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7 of the Craziest Kanye West Samples

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One of the joys of listening to hip-hop is recognizing when a new song references an old one. It’s as if artists like to reward loyal listeners of the genre by letting them in on a series of inside jokes. But while hip-hop is usually mostly self-referential, there are artists like Kanye West who aren’t afraid to go outside the genre to find samples for their tracks. And when I say outside hip-hop, I don’t mean cribbing bits of Al Green or Otis Redding. Everybody samples soul and R&B. I’m talking about songs from entire genres you’ve never heard of.


Lucky for you, Kanye has heard of them. In fact, when you start looking at his page on WhoSampled, it seems like there isn’t anything the man hasn’t heard of. Here are seven of the wildest examples of how far Kanye will go to get that sound he wants:
Kanye-West-Mercy-Sample
1. “Mercy” Samples a Jamaican Dancehall Song.

“Mercy” was ubiquitous in the summer of 2012, but I bet there are only a handful of people who understand the words of the hook without looking them up and even less that recognized what it was from. The famous, nearly unintelligible lines, come from a 1986 song called “Dust a Soundboy” by Super Beagle. Listening to “Dust a Soundboy” reveals that “Mercy” sped up the original lines making the singer, Fuzzy Jones, and his Jamaican accent even harder to understand. Super Beagle himself has heard “Mercy” and says he appreciates someone like Kanye sampling his song, saying “It’s a good feeling, and I recommend and endorse it.”


pitchfork.com

pitchfork.com


2. “Niggas in Paris” Samples a Recording of a Baptism

What, you thought those background shouts of “Yeah!” were ad-libbed by someone in the studio? Nope, Kanye already heard the perfect yell he needed from a recording of a baptism off of a “The Sounds of the South” record. You can hear the shouts that show up four seconds into “Niggas in Paris” seven seconds into the baptism recording.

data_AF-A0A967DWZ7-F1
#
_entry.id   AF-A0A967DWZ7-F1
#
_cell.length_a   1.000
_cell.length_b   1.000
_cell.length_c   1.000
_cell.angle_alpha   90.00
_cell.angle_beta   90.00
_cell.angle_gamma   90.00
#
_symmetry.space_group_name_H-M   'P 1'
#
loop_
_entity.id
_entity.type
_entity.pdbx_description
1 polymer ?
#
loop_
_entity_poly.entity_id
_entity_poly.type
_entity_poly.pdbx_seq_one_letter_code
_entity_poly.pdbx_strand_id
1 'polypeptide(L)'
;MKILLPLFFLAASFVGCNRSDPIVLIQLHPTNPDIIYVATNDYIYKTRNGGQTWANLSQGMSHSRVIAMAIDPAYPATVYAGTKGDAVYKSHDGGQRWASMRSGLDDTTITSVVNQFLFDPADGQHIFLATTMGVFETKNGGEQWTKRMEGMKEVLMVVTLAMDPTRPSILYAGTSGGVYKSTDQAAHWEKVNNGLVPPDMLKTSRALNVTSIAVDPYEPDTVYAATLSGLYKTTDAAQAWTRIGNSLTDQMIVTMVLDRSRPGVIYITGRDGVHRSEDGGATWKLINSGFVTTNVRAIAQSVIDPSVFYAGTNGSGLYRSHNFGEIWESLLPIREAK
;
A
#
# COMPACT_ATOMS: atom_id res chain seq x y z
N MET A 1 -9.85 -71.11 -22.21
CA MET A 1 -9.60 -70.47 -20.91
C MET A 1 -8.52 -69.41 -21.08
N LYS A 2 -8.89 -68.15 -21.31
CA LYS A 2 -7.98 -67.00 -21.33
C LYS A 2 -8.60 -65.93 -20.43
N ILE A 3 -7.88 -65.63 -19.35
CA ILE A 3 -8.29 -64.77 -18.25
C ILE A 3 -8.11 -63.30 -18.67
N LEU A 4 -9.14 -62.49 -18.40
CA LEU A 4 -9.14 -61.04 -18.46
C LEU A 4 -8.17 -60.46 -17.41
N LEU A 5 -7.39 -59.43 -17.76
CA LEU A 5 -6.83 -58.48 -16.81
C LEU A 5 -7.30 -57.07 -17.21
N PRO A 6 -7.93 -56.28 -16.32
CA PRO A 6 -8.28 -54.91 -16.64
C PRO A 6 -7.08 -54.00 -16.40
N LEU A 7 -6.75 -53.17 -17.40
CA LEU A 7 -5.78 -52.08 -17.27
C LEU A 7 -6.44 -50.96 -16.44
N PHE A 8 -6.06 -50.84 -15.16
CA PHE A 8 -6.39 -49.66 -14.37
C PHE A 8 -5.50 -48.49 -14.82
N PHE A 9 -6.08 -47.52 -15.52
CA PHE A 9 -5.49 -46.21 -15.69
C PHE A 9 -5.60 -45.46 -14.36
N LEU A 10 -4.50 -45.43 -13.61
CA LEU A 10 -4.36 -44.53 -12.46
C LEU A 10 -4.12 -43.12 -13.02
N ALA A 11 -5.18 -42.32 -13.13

www.spin.com

www.spin.com


3. “New Slaves” Samples a Hungarian Rock Band From the ‘60s.

“New Slaves,” like so many tracks on “Yeezus,” swifts gears dramatically part way through, giving the listener the feeling of having listened to two very different tracks in one. This sample shows up during one such switch, when Kanye is done rapping about racism and Frank Ocean is done mumble-singing. The sample is presented without much modification. It comes from thirty seconds into a song called “Gyöngyhajú Lány” by an old Hungarian band called Omega. Who knows how Kanye found it, but let’s be glad he did, since it provides a smooth ending to the otherwise intense “New Slaves” that works as the sonic equivalent of a post-coital cigarette.


Kanye West - On - Vevo
4. The Chant From “Power” Is From a Song Called “Afromerica”

“Power” is now played at sporting events across the country. Entire stadiums sing along with its wordless chant. Few, if any, of those people know that the chant is originally from nine seconds into a song called “Afromerica” by Continent Number 6. I’m so sure few people know that because there doesn’t seem to be any mention of the song on the internet except in relation to Kanye sampling it.


hypetrak.com

hypetrak.com


5. “I Am a God” Samples a Song From a ‘70s Bollywood Movie

This sample, maybe more than all the others, shows how there is nowhere Kanye won’t go for a song. While other producers are digging through crates of the same old James Brown records, he’s watching Bollywood musicals from the ‘70s. The sample comes 1:54 into this song from the movie, Seeta Aur Geeta, and it can first be heard four seconds into “I Am a God.”


gossiponthis.com

gossiponthis.com


6. That Reoccurring Tune on “Watch the Throne” Is From an Italian Chamber Rock Band

This sample is the short melody that gets played either at the very beginning or the very end of the album version of four tracks off of “Watch the Throne”: “Illest Motherfucker Alive,” “No Church in the Wild,” “New Day,” and “Welcome to the Jungle.” The sample is lifted directly from the 2:28 mark of a song called “Tristessa” by Orchestra Njervudarov. You might be familiar with this one if you listen to a lot of Italian jazz-rock records from the ‘70s that sold few copies and were never reissued on vinyl or CD.


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7. The Piano from “New God Flow” Is From a Psychedelic Brazilian Song

You might have felt like a savvy listener for recognizing the hook on “New God Flow” as a sample from Ghostface Killah’s “Mighty Healthy.” But that sample isn’t crazy, it’s just awesome. No, the crazier part is the piano playing underneath the loop of Ghost’s refrain. That’s scooped from 1:22 seconds into a song called “Bôdas De Sangue” by Marcos Valle. Marcos Valle is actually a fairly popular musician in South America, so maybe Kanye heard the song on one of his international vacations.

Adrienne is a freelance writer and designer who loves social media and music. You can see more of her work on her design blog.